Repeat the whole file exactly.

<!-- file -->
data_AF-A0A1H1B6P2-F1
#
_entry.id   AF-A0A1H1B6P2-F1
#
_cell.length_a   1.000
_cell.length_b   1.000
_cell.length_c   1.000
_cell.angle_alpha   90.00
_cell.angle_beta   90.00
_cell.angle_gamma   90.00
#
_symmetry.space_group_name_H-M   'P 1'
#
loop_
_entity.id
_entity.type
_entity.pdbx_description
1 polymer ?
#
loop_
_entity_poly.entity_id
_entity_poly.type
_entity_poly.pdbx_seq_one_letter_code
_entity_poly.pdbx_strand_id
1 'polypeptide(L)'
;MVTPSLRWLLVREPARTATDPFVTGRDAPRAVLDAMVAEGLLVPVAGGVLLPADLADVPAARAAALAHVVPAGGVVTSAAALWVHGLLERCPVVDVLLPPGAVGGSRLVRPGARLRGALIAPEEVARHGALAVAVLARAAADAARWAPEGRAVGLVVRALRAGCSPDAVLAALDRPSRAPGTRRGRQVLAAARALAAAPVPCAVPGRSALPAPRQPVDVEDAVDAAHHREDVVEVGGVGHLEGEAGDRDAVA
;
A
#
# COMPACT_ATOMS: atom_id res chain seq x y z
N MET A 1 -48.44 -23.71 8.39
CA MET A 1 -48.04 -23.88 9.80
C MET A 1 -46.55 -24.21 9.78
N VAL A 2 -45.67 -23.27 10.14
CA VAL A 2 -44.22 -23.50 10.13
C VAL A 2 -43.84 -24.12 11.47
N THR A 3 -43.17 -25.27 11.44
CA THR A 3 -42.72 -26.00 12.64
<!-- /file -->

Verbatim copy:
data_AF-A0A1H1B6P2-F1
#
_entry.id   AF-A0A1H1B6P2-F1
#
_cell.length_a   1.000
_cell.length_b   1.000
_cell.length_c   1.000
_cell.angle_alpha   90.00
_cell.angle_beta   90.00
_cell.angle_gamma   90.00
#
_symmetry.space_group_name_H-M   'P 1'
#
loop_
_entity.id
_entity.type
_entity.pdbx_description
1 polymer ?
#
loop_
_entity_poly.entity_id
_entity_poly.type
_entity_poly.pdbx_seq_one_letter_code
_entity_poly.pdbx_strand_id
1 'polypeptide(L)'
;MVTPSLRWLLVREPARTATDPFVTGRDAPRAVLDAMVAEGLLVPVAGGVLLPADLADVPAARAAALAHVVPAGGVVTSAAALWVHGLLERCPVVDVLLPPGAVGGSRLVRPGARLRGALIAPEEVARHGALAVAVLARAAADAARWAPEGRAVGLVVRALRAGCSPDAVLAALDRPSRAPGTRRGRQVLAAARALAAAPVPCAVPGRSALPAPRQPVDVEDAVDAAHHREDVVEVGGVGHLEGEAGDRDAVA
;
A
#
# COMPACT_ATOMS: atom_id res chain seq x y z
N MET A 1 -48.44 -23.71 8.39
CA MET A 1 -48.04 -23.88 9.80
C MET A 1 -46.55 -24.21 9.78
N VAL A 2 -45.67 -23.27 10.14
CA VAL A 2 -44.22 -23.50 10.13
C VAL A 2 -43.84 -24.12 11.47
N THR A 3 -43.17 -25.27 11.44
CA THR A 3 -42.72 -26.00 12.64